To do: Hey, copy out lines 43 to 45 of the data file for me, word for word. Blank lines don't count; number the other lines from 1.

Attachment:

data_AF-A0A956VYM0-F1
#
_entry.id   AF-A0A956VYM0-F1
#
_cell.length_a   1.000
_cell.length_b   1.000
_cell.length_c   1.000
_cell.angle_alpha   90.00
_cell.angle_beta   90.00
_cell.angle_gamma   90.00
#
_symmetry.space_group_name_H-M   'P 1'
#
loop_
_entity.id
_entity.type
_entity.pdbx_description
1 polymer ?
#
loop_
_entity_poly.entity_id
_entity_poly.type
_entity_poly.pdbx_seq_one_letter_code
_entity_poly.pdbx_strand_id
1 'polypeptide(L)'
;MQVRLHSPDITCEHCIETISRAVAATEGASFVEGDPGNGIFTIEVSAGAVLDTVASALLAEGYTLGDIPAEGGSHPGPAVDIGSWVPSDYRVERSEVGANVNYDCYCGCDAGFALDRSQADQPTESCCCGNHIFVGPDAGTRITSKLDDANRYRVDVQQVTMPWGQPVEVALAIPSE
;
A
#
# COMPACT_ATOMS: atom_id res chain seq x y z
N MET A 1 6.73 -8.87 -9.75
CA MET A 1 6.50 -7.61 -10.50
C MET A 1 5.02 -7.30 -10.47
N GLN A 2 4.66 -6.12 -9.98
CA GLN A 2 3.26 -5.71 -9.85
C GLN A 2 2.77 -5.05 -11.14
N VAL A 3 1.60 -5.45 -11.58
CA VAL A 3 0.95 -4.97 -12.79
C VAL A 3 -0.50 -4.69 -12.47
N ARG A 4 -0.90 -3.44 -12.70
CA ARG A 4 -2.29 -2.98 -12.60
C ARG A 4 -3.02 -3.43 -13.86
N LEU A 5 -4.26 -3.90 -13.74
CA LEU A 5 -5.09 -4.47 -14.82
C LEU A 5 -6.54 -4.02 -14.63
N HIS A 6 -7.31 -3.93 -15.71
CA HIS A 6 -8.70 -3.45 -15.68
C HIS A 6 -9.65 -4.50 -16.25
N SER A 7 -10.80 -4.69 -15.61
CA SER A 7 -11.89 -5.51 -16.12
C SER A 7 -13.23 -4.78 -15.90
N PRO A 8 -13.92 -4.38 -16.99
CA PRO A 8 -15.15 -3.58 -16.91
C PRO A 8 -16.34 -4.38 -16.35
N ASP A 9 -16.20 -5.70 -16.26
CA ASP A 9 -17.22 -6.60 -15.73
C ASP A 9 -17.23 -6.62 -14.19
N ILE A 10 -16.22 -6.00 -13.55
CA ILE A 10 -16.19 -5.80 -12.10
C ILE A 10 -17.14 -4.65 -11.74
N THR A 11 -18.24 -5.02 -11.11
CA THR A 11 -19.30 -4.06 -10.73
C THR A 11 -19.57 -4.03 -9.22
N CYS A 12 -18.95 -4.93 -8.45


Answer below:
N LEU A 5 -4.26 -3.90 -13.74
CA LEU A 5 -5.09 -4.47 -14.82
C LEU A 5 -6.54 -4.02 -14.63